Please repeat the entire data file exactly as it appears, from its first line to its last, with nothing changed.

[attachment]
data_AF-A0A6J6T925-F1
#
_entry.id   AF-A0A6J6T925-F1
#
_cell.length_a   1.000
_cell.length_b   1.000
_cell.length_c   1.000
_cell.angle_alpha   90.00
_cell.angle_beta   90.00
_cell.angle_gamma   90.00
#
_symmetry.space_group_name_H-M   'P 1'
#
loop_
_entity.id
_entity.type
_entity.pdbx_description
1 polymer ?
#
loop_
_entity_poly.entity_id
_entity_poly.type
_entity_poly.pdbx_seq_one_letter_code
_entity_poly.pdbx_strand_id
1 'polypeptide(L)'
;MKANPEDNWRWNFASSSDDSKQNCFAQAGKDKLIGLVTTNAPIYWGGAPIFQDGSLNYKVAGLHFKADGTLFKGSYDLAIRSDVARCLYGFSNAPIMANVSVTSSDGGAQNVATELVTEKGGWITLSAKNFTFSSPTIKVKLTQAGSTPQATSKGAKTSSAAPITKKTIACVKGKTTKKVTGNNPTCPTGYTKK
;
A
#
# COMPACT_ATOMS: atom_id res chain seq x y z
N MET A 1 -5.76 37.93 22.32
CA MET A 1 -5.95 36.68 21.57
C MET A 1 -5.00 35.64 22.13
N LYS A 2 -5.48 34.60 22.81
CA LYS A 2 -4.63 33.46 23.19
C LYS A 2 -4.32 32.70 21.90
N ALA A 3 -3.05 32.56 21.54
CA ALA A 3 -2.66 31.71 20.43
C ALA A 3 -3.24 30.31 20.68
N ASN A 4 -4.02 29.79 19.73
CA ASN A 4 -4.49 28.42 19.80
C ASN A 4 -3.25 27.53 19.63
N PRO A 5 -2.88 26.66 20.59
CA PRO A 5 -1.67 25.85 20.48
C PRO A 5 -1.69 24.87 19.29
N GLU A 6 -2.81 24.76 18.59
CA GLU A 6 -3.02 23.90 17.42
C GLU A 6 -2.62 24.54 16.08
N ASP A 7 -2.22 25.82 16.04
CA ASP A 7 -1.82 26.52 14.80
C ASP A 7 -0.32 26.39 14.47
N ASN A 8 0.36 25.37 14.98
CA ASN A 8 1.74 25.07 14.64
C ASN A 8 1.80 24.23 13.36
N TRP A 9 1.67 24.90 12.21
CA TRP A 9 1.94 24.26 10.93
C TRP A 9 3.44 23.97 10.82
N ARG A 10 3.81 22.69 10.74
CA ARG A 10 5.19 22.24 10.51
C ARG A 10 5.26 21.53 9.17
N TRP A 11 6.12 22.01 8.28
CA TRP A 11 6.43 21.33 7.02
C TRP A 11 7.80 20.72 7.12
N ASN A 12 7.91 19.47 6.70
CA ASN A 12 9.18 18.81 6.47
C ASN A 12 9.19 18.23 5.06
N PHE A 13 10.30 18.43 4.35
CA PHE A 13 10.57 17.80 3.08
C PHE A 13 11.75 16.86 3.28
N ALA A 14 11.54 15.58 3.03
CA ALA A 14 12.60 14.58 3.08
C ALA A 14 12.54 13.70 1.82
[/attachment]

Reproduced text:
data_AF-A0A6J6T925-F1
#
_entry.id   AF-A0A6J6T925-F1
#
_cell.length_a   1.000
_cell.length_b   1.000
_cell.length_c   1.000
_cell.angle_alpha   90.00
_cell.angle_beta   90.00
_cell.angle_gamma   90.00
#
_symmetry.space_group_name_H-M   'P 1'
#
loop_
_entity.id
_entity.type
_entity.pdbx_description
1 polymer ?
#
loop_
_entity_poly.entity_id
_entity_poly.type
_entity_poly.pdbx_seq_one_letter_code
_entity_poly.pdbx_strand_id
1 'polypeptide(L)'
;MKANPEDNWRWNFASSSDDSKQNCFAQAGKDKLIGLVTTNAPIYWGGAPIFQDGSLNYKVAGLHFKADGTLFKGSYDLAIRSDVARCLYGFSNAPIMANVSVTSSDGGAQNVATELVTEKGGWITLSAKNFTFSSPTIKVKLTQAGSTPQATSKGAKTSSAAPITKKTIACVKGKTTKKVTGNNPTCPTGYTKK
;
A
#
# COMPACT_ATOMS: atom_id res chain seq x y z
N MET A 1 -5.76 37.93 22.32
CA MET A 1 -5.95 36.68 21.57
C MET A 1 -5.00 35.64 22.13
N LYS A 2 -5.48 34.60 22.81
CA LYS A 2 -4.63 33.46 23.19
C LYS A 2 -4.32 32.70 21.90
N ALA A 3 -3.05 32.56 21.54
CA ALA A 3 -2.66 31.71 20.43
C ALA A 3 -3.24 30.31 20.68
N ASN A 4 -4.02 29.79 19.73
CA ASN A 4 -4.49 28.42 19.80
C ASN A 4 -3.25 27.53 19.63
N PRO A 5 -2.88 26.66 20.59
CA PRO A 5 -1.67 25.85 20.48
C PRO A 5 -1.69 24.87 19.29
N GLU A 6 -2.81 24.76 18.59
CA GLU A 6 -3.02 23.90 17.42
C GLU A 6 -2.62 24.54 16.08
N ASP A 7 -2.22 25.82 16.04
CA ASP A 7 -1.82 26.52 14.80
C ASP A 7 -0.32 26.39 14.47
N ASN A 8 0.36 25.37 14.98
CA ASN A 8 1.74 25.07 14.64
C ASN A 8 1.80 24.23 13.36
N TRP A 9 1.67 24.90 12.21
CA TRP A 9 1.94 24.26 10.93
C TRP A 9 3.44 23.97 10.82
N ARG A 10 3.81 22.69 10.74
CA ARG A 10 5.19 22.24 10.51
C ARG A 10 5.26 21.53 9.17
N TRP A 11 6.12 22.01 8.28
CA TRP A 11 6.43 21.33 7.02
C TRP A 11 7.80 20.72 7.12
N ASN A 12 7.91 19.47 6.70
CA ASN A 12 9.18 18.81 6.47
C ASN A 12 9.19 18.23 5.06
N PHE A 13 10.30 18.43 4.35
CA PHE A 13 10.57 17.80 3.08
C PHE A 13 11.75 16.86 3.28
N ALA A 14 11.54 15.58 3.03
CA ALA A 14 12.60 14.58 3.08
C ALA A 14 12.54 13.70 1.82